Art Paul

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Art Paul
Born(1925-01-18)January 18, 1925
Chicago, Illinois, United States
DiedApril 28, 2018(2018-04-28) (aged 93)
Lake View, Chicago, Illinois, United States
Alma materSchool of the Art Institute of Chicago
OccupationGraphic designer
Suzanne Seed
(m. 1975)

Arthur Paul (January 18, 1925 – April 28, 2018) was an American graphic designer and the founding art director of Playboy magazine. During his time at Playboy, he commissioned illustrators and artists, including Andy Warhol, Salvador Dalí, and James Rosenquist, as part of the illustration liberation movement.

In addition to being an art director and graphic designer — in particular of Playboy's rabbit logo — Art Paul was an illustrator, fine artist, curator, writer, and composer. There has been a surge of recent interest concerning both Art's past and present, with recent talks, books, exhibitions, and a documentary being made about him. At 91 years old, he put his drawings and writings into book form, creating projects focused on race, aging, animals, and graphic whimsy.[1]

Early life and education[edit]

Paul was born on January 18, 1925, in the Southwest Side of Chicago. His family later moved to Rogers Park area on the north side. There, while attending Roger C. Sullivan High School, an art teacher recognized that he was talented enough to earn a scholarship at the School of the Art Institute of Chicago, which he attended from 1940 to 1943. After World War II service in the Army Air Corps, he attended the Institute of Design, known as the "Chicago Bauhaus" and now part of Illinois Institute of Technology, where he studied with László Moholy-Nagy.[2][3]

"For Paul — student at the Institute of Design, commonly called the Chicago Bauhaus — Playboy was a laboratory for producing a model of contemporary magazine design and illustration ... Paul helped create a forum that demolished artistic and cultural boundaries. In doing so, he transformed magazine illustration." — Steven Heller, an American design critic.[4]

Playboy magazine[edit]

Paul was working as a freelance graphic designer and illustrator in a small office on Van Buren Street next to the Chicago "L" tracks when in 1953 he was contacted by Hugh Hefner. Hefner needed an art director for a magazine he was developing, and learned of Paul through a mutual acquaintance. At the time, Hefner planned to call the magazine "Stag Party." The initial dummy, designed by cartoonist Arv Miller, resembled movie star/screen magazines of the time. Hefner wanted a different, more innovative and sophisticated look. Together, Paul and Hefner created the first issue of Playboy, with Paul creating the look of the magazine.[3]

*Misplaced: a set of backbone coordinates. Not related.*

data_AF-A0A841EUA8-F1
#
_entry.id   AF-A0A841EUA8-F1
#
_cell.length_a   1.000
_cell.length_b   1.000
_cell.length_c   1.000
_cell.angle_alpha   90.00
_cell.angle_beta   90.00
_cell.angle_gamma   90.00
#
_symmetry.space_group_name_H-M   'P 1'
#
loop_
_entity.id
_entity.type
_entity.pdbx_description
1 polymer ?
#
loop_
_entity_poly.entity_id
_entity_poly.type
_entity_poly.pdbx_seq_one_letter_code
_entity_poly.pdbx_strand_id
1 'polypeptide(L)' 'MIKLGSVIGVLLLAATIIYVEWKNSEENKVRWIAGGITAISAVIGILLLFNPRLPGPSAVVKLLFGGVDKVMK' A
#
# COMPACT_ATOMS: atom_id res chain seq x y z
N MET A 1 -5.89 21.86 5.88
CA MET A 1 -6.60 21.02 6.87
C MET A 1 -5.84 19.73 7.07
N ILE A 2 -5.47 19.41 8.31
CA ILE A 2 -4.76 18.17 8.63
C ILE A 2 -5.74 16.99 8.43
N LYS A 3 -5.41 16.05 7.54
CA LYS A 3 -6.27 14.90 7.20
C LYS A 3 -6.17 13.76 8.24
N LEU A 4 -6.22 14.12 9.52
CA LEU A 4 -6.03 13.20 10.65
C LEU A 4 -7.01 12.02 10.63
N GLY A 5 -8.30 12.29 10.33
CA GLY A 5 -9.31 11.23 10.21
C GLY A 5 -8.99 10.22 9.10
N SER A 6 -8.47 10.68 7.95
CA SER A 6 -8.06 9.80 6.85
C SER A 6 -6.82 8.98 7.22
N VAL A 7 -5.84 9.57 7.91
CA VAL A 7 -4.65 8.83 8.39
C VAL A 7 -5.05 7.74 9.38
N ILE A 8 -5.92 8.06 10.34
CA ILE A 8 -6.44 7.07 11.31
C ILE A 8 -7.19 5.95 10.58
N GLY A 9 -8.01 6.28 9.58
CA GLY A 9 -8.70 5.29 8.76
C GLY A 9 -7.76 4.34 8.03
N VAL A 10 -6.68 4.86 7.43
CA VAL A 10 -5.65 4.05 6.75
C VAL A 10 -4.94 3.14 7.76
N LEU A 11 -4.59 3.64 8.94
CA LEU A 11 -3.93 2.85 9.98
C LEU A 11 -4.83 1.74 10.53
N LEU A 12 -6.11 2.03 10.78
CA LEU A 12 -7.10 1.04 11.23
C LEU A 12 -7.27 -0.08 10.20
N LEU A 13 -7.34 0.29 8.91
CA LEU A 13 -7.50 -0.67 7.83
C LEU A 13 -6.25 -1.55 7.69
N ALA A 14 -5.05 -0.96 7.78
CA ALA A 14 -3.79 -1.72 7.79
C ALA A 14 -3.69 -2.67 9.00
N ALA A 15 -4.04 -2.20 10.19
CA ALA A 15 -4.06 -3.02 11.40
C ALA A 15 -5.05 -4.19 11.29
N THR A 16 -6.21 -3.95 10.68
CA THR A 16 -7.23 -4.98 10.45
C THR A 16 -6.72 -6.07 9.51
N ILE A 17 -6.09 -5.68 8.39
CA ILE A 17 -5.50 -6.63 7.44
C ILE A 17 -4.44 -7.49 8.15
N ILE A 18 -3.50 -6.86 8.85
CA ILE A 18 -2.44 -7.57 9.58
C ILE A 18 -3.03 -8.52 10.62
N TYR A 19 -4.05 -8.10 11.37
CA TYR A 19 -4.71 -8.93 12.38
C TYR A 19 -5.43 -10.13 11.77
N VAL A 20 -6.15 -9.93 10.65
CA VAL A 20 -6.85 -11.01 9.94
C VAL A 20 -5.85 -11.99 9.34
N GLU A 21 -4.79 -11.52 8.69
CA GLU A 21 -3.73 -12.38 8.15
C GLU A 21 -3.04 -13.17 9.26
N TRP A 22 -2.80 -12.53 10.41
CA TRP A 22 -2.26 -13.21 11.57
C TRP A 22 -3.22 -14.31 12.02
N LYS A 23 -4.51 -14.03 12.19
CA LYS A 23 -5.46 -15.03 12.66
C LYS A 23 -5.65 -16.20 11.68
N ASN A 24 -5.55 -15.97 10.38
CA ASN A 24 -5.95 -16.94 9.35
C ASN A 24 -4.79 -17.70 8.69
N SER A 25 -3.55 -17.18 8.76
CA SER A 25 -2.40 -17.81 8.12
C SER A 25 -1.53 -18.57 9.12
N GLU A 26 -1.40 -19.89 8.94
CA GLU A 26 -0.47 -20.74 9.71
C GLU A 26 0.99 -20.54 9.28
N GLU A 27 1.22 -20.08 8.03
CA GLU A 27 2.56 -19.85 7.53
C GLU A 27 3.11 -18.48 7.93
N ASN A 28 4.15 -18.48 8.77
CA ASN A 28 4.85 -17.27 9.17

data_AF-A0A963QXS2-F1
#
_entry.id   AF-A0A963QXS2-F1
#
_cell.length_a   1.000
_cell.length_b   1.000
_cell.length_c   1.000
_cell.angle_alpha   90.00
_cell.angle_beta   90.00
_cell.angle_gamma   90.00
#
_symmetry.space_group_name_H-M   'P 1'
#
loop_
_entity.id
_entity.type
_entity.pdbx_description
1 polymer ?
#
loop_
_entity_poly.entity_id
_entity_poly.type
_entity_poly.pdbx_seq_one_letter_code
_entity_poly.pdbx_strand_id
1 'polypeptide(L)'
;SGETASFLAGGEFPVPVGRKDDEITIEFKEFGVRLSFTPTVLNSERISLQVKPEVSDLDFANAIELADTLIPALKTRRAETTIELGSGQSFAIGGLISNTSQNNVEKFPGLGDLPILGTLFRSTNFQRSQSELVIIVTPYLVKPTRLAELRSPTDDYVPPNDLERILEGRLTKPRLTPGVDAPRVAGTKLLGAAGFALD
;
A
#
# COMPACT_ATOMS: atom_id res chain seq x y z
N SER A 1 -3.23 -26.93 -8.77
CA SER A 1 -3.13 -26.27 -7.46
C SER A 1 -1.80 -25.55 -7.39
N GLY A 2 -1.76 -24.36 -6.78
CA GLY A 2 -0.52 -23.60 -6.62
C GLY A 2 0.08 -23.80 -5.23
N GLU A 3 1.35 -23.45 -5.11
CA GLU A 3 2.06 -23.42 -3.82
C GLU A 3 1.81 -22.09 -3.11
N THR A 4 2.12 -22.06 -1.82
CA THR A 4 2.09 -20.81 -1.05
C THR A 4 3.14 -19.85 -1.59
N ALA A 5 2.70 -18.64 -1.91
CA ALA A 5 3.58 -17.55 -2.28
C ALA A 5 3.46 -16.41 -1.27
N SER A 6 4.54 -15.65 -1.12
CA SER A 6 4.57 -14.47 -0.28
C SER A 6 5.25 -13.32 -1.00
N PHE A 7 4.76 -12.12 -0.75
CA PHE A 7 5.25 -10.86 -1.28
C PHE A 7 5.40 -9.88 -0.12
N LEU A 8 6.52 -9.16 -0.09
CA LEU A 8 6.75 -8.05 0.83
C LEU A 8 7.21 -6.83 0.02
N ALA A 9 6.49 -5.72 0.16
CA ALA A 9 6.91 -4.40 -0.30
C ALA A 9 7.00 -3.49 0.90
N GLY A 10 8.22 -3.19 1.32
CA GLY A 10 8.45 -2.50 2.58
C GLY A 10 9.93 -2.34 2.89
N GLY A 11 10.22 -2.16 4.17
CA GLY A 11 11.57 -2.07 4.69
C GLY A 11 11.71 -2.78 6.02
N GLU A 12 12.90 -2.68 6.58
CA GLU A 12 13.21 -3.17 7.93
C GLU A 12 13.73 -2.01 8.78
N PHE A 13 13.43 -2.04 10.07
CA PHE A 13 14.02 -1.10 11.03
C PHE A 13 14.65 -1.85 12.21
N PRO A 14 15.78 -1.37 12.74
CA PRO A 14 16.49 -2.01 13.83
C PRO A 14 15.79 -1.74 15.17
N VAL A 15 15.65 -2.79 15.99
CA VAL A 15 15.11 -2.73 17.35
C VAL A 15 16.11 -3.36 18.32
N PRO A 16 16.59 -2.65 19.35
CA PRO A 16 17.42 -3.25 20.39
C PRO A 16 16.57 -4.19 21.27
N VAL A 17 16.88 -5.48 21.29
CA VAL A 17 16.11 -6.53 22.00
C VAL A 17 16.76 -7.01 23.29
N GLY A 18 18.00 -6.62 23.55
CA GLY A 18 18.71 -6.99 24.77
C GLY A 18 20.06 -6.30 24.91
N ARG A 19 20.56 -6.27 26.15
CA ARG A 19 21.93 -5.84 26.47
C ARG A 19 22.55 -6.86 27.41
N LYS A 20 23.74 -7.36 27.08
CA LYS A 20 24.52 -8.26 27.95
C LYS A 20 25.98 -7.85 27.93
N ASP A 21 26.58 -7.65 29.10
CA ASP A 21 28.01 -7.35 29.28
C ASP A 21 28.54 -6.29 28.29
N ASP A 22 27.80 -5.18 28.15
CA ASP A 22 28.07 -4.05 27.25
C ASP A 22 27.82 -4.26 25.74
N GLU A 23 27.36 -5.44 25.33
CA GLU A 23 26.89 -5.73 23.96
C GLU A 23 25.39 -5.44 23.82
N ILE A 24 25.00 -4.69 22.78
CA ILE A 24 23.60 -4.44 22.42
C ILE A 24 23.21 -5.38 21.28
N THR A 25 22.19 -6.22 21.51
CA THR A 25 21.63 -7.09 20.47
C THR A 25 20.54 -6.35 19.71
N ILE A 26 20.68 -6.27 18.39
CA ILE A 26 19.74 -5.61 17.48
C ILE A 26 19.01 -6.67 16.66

"I at first hesitated to accept [Hugh Hefner's] offer. For as a freelancer I had the best clients one could in Chicago. So I freelanced the first few issues. What convinced me to accept was that I was promised freedom to buy the kind of art most illustrators couldn't sell in 1953, the personal visions that lay closest to their hearts. I told illustrators I don't want 'commercial' art. I want the kind you do to please yourself when you're not trying to get work in a magazine. At first they thought I was kidding. As for fine artists, I convinced them they would not be selling out to work for us but would reach a larger audience with their most authentic work."—Art Paul.[5]

The name of the magazine was changed to Playboy shortly before the first issue went to print, after Hefner was threatened with a trademark dispute over the "Stag Party" name. The cartoon mascot designed by Miller, originally intended to be a stag, was quickly changed to a rabbit by replacing the head, although the stag's hoofs remained visible in the altered drawings. The magazine's famous rabbit-head logo with cocked ear and tuxedo bow tie was developed by Paul for Playboy's second issue. Initially intended as an endpoint for articles, Paul sketched the logo in about an hour. Soon, however, the decision was made to use the logo as the symbol of Playboy's corporate identity.[2][3]

As Art Director, Paul supervised the design of the magazine for 30 years. Early on, he commissioned many local Chicago artists and photographers to illustrate the magazine. These included Franz Altschuler, Leon Bellin who illustrated Playboy's continuing 'Ribald Classic' feature, Roy Schnakenberg, Ed Paschke, Seymour Rosofsky, printmaker Mish Kohn and photographer Arthur Siegel.[2]

During Paul's years at Playboy, the magazine won hundreds of awards for excellence in graphic design and illustration. Paul has been credited for helping create a revolution in illustration (what Print Magazine called the "Illustration Liberation Movement") by insisting that graphic design and illustration need not be "low" arts but could, when approached with integrity and emotional depth, and in a spirit of experimentation, be as "high" an art as any.[2][3][6]

"Commercial artists usually look out for what the client is already doing or saying. I wasn't looking for that. I wanted the artists to express themselves... I wanted the painters and illustrators to give me what they did for themselves on Sunday. I didn't want them to pick out the line from the story they felt was the sexiest. I wanted their personal, authentic work."— Art Paul, 2015 AIGA interview[7]

Career after Playboy[edit]

After leaving Playboy in 1982, Paul did graphic design, posters, and logos for a number of clients in magazines, advertising, television and film. For the last ten years he concentrated primarily on drawing and painting, exhibiting most recently at the Chicago Cultural Center and at Columbia College in Chicago. He served on boards of the Chicago Museum of Contemporary Art, the Association of Art Curators in Chicago, and the Illinois Summer School of the Arts. As of 2014, he was working on two books of his drawings. Paul resided in Chicago.[2][3] Paul was the subject of a talk at the Chicago Humanities Festival on November 1, 2014, given by graphic designer James Goggin, at which Paul and his wife Suzanne Seed were present.[8]